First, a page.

Vertical saccadic palsy may be an early neurologic finding in Whipple disease. In addition, pendular vergence oscillations that occur with contractions of the masticatory muscles may develop. This combination of abnormal movements is known as oculomasticatory myorhythmia. Patients may have only the neurologic manifestations, but more commonly, they also have unexplained fever, diarrhea, cognitive dysfunction, weight loss, and lymphadenopathy. (A video of oculomasticatory myorhythmia is available at the NOVEL [Neuro-Ophthalmology Virtual Education Library] website at http://novel.utah.edu.) Whipple disease can be diagnosed through duodenal biopsy (using periodic acid–Schiff [PAS] staining) to document infection with Tropheryma whipplei or by serologic polymerase chain reaction (PCR) testing. Although Whipple disease is progressive and potentially life-threatening, it is curable with antibiotic therapy.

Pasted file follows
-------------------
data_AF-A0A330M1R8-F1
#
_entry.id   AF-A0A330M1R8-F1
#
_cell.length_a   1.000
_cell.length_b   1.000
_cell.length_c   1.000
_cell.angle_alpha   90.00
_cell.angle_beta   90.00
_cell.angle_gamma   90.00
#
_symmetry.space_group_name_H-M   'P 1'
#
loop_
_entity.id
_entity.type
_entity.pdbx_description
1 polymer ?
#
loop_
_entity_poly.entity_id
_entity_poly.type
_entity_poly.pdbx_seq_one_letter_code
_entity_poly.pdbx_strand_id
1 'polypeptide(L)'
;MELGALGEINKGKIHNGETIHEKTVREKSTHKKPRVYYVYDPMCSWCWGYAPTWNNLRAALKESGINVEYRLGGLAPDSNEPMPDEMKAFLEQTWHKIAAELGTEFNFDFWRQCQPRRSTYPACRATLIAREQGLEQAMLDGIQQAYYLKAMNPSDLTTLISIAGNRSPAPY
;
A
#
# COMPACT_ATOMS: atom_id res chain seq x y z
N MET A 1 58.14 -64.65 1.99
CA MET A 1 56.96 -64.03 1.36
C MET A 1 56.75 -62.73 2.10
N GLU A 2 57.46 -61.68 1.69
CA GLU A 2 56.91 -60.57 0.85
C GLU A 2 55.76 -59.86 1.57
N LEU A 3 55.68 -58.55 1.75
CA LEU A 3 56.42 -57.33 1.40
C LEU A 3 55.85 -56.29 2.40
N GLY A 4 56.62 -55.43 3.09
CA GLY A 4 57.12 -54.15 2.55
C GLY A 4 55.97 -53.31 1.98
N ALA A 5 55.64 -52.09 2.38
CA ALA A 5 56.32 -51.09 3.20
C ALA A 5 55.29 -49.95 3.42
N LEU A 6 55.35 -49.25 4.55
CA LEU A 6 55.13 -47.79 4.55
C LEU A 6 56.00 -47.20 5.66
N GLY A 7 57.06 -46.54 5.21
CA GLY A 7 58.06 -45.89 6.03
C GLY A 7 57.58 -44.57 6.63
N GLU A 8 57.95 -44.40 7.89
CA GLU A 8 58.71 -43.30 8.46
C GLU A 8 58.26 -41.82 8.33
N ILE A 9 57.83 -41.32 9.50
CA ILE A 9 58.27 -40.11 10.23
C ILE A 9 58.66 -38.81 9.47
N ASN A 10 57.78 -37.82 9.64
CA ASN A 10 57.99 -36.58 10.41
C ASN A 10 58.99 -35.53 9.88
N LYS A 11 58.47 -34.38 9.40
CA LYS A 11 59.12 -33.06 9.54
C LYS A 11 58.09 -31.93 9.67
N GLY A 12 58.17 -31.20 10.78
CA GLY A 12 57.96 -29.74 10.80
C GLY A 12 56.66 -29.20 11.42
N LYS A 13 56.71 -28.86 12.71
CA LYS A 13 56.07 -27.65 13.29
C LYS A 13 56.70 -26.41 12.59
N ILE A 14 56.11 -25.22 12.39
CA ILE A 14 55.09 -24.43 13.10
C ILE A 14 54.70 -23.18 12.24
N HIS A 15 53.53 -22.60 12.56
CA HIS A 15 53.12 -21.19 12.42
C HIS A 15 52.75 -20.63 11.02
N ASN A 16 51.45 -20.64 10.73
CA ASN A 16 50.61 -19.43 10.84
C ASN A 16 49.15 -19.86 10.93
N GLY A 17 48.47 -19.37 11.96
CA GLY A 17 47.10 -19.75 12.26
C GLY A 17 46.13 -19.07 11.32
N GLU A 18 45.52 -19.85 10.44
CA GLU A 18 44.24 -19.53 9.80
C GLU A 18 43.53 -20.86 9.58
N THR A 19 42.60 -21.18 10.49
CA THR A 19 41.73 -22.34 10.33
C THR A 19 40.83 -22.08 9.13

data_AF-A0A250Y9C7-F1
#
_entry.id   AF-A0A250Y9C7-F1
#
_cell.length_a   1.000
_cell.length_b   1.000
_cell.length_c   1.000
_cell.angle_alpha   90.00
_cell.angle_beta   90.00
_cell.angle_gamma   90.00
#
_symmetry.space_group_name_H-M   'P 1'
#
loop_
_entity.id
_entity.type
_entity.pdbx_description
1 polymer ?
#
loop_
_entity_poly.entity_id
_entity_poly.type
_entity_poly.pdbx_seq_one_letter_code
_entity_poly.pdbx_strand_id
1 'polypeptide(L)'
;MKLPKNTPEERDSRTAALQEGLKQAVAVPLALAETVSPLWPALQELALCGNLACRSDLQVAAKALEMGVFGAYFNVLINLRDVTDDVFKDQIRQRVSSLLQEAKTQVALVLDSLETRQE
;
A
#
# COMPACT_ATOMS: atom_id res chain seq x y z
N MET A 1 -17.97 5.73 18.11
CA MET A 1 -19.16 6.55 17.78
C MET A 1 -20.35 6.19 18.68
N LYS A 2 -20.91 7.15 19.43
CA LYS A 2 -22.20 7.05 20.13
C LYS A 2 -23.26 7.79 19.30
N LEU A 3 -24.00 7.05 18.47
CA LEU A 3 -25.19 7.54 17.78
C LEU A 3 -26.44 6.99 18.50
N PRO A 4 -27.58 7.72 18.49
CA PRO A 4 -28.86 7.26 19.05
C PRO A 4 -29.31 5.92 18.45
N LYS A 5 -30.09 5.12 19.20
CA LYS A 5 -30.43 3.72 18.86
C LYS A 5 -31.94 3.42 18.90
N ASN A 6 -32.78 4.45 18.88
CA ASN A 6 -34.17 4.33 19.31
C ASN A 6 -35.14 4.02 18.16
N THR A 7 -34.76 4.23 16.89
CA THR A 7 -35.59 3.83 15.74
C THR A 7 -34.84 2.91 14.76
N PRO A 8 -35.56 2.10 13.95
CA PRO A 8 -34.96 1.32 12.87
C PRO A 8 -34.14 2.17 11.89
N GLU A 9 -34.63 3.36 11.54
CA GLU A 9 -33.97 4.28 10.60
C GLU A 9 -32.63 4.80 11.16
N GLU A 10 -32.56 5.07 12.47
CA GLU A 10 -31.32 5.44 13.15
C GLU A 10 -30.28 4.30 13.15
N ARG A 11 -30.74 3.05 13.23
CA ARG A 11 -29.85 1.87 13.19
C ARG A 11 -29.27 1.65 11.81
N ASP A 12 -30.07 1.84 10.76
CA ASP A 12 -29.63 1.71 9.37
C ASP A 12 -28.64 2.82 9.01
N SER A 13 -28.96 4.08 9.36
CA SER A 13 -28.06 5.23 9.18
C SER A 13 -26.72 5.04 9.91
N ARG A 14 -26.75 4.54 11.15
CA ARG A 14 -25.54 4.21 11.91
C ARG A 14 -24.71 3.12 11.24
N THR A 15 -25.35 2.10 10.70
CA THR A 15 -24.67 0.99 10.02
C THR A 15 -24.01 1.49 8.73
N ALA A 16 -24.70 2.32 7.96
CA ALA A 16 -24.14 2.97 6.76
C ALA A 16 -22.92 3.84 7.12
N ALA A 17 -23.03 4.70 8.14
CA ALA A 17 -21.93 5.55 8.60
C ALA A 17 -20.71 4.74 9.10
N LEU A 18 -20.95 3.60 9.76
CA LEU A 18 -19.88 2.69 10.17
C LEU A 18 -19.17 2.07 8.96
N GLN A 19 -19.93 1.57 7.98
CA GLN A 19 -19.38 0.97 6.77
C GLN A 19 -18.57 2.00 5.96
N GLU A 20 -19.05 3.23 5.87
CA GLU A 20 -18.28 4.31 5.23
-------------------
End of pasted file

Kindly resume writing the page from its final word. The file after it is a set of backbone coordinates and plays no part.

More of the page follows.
Schwartz MA, Selhorst JB, Ochs AL, et al. Oculomasticatory myorhythmia: a unique movement disorder occurring in Whipple’s disease. Ann Neurol. 1986;20(6):677–683.
Excerpted from BCSC 2020-2021 series: Section 5 - Neuro-Ophthalmology. For more information and to purchase the entire series, please visit https://www.aao.org/bcsc.